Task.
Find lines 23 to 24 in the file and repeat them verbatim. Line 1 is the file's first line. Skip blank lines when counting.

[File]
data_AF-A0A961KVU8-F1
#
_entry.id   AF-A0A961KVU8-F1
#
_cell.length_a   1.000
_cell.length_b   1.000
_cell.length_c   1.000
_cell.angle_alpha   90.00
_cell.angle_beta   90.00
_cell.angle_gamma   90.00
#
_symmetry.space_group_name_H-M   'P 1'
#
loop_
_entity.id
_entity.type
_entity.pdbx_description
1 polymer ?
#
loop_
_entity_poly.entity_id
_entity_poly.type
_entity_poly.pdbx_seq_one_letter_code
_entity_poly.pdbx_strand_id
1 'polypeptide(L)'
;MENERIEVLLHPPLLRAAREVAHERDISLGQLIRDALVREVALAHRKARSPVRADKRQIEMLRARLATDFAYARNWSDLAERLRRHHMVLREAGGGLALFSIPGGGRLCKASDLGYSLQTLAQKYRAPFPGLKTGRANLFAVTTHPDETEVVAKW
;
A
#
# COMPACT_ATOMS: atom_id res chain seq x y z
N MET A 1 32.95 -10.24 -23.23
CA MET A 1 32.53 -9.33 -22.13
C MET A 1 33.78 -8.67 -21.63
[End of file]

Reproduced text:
_entity_poly.pdbx_seq_one_letter_code
_entity_poly.pdbx_strand_id